On the Death of David Brockie, A Thought

If you are a metal fan you’ve already heard the news: David Brockie, the lead singer of the band Gwar, has died. It happened some days ago. I have some thoughts about his passing, and they were not articulated until today – so I share them a bit late.

220px-Oderus-urungus-04

This is the statement released by the band manager:

It is with a saddened heart, that I confirm my dear friend Dave Brockie, artist, musician, and lead singer of GWAR passed away at approximately 6:50 PM EST Sunday March 23,2014. His body was found Sunday by his band mate at his home in Richmond, VA. Richmond authorities have confirmed his death and next of kin has been notified. A full autopsy will be performed. He was 50 years old, born August 30, 1963.

My main focus right now is to look after my band mates and his family. More information regarding his death shall be released as the details are confirmed.

Here, you can read touching tributes from other musicians.

This news made me think. I was deeply affected by the news and very saddened, but that’s strange, I would never think I would be.

This news taught me again a very important lesson about life, and that is that sometimes only death reminds you how much you love someone. I would never mention Gwar as one of my favorite bands, but they were always on my harddrive and mobile phone and I always listened, I have to confess I didn’t even know David Brockie’s name before his death. But suddenly I realized how much I really appreciate their music, and his death affected me.

Also, I realized that how much metal singers seem immortal to me. When a celebrity I love dies I get sad – but the death of metal musicians always takes me by shock and surprise and devastation, and that’s true about Dio and Jeff Hanneman as well. I think that really reflects the spirit of metal – these musicians live so fully and their art reflects living in such audacious and passionate ways that one tends to forget that they age and die.

To me, David Brockie was not David Brocki but his character, Oderus Urungus. I was never aware of the man behind the sound until his passing – before that he was the sound, he was a symbol, he was music. And the same is true about Hannenman and Dio – I loved them both, and I’d name both among my favorites, but ultimately they were too synonymous with music and youthful energy for me and I had taken them for granted.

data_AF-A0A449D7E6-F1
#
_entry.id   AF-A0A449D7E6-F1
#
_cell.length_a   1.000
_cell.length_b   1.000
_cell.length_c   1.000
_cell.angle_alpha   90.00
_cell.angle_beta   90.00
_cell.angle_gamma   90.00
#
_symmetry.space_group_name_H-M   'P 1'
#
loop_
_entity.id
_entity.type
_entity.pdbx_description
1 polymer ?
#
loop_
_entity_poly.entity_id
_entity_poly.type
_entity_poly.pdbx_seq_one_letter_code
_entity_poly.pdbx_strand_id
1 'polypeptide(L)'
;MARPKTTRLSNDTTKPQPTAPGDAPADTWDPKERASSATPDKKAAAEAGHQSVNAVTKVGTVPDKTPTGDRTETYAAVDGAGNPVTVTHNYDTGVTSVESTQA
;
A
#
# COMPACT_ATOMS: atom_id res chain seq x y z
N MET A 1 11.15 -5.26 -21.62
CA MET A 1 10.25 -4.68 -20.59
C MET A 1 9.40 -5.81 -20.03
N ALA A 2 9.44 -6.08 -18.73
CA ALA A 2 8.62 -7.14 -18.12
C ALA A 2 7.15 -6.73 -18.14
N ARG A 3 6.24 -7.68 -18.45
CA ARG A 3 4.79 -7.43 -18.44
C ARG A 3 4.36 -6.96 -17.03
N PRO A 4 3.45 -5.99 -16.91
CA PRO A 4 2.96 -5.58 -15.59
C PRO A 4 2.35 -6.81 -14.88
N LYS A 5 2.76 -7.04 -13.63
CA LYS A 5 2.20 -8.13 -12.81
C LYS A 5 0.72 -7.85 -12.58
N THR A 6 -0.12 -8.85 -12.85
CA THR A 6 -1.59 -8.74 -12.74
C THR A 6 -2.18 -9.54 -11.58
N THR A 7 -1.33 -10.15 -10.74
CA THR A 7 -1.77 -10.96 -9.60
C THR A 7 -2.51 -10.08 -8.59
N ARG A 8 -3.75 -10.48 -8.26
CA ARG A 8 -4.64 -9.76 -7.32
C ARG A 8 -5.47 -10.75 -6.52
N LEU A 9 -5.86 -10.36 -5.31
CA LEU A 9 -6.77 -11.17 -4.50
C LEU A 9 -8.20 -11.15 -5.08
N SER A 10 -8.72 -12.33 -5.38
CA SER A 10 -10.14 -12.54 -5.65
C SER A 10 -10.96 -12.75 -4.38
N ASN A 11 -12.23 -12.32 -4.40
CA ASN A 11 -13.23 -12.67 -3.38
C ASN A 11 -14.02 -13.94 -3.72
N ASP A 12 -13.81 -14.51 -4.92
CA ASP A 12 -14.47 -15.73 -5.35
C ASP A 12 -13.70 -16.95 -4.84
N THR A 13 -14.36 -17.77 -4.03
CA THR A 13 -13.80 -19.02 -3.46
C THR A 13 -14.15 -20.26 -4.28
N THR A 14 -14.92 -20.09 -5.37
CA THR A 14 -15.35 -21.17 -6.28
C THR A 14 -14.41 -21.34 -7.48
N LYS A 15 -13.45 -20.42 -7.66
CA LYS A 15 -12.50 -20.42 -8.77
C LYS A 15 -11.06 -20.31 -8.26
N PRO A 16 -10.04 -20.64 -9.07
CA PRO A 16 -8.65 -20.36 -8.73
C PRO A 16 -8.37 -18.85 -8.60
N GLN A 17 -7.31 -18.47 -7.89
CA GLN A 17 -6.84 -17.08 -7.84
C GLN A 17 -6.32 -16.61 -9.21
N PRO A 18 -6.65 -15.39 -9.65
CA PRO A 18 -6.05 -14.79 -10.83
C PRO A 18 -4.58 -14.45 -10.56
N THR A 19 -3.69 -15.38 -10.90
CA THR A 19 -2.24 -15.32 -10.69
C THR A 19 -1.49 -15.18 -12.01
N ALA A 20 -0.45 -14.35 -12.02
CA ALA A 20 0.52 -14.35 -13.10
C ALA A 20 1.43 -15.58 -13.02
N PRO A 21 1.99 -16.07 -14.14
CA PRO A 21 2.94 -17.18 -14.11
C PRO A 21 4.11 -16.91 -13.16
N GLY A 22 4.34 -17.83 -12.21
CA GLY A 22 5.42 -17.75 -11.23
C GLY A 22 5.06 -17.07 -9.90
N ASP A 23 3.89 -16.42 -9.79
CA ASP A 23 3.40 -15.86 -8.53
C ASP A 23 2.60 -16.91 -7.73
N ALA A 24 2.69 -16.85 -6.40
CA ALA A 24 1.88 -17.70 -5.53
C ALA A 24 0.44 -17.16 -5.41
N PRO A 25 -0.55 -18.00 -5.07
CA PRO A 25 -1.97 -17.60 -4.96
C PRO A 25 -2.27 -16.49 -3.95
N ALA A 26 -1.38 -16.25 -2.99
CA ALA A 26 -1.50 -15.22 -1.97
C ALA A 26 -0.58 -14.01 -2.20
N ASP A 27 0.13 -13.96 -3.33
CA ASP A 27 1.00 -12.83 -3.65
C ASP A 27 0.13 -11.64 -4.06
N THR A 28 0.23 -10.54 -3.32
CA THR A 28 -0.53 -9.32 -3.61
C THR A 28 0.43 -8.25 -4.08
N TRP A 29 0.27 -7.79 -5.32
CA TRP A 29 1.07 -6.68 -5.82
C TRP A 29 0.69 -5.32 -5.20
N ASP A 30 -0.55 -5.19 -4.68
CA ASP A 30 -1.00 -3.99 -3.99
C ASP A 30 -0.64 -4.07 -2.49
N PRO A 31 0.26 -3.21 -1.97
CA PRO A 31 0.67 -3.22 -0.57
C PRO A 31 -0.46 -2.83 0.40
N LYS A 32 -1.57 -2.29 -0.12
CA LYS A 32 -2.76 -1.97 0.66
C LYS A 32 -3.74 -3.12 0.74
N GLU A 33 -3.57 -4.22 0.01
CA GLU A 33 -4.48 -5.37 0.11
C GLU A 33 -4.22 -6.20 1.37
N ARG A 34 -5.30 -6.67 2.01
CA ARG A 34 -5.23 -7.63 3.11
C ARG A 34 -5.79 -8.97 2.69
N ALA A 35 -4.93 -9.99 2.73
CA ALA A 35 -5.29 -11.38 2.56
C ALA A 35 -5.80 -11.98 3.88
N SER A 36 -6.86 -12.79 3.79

And ultimately, that’s what distinguishes metal. That’s what makes me identify as a metalhead although I enjoy all genres of music. Metal is still not contaminated by the idea of “author”, of a conscious creator carefully designing a masterwork, it has remained spontaneous and genuine, metal is about the sound, the anger, the excitement, the show – metal is alive.

Decades past the time that Black Sabbath released the first album and officially started the genre, metal has evolved into numerous sub-genres and has found a new voice with every passing age, has learned from other genres and has taught them. It hasn’t become a museum piece, it has not become the safe music, it hasn’t become conservative and self-aware  - it’s alive.

David Brockie symbolized metal, like all great metal bands do. They together form a community of creative rebels. Atheists all have different ways to fill the gaps left by religion – metal fills that gap for me. It gives me the sense of community, it gives me all the spirituality I need.

I leave you with my favorite Gwar song.

50 Shades of Grey: Let It Go
Günter Grass, Giant of World Literature: 1927 – 2015
American Sniper Is an Anti-War Movie
RIP Assia Djebar (1936 – 2015), Great Author and Feminist
About Kaveh Mousavi

Kaveh Mousavi is the pseudonym of an atheist ex-Muslim living in Iran, subject to one of the world’s remaining theocracies. He is a student of English Literature, an aspiring novelist, and part-time English teacher. He is passionate about politics, video games, heavy metal music, and cinema. He was born at the tenth anniversary of the Islamic Revolution of Iran. He has ditched the Islamic part, but has kept some of the revolutionary spirit.


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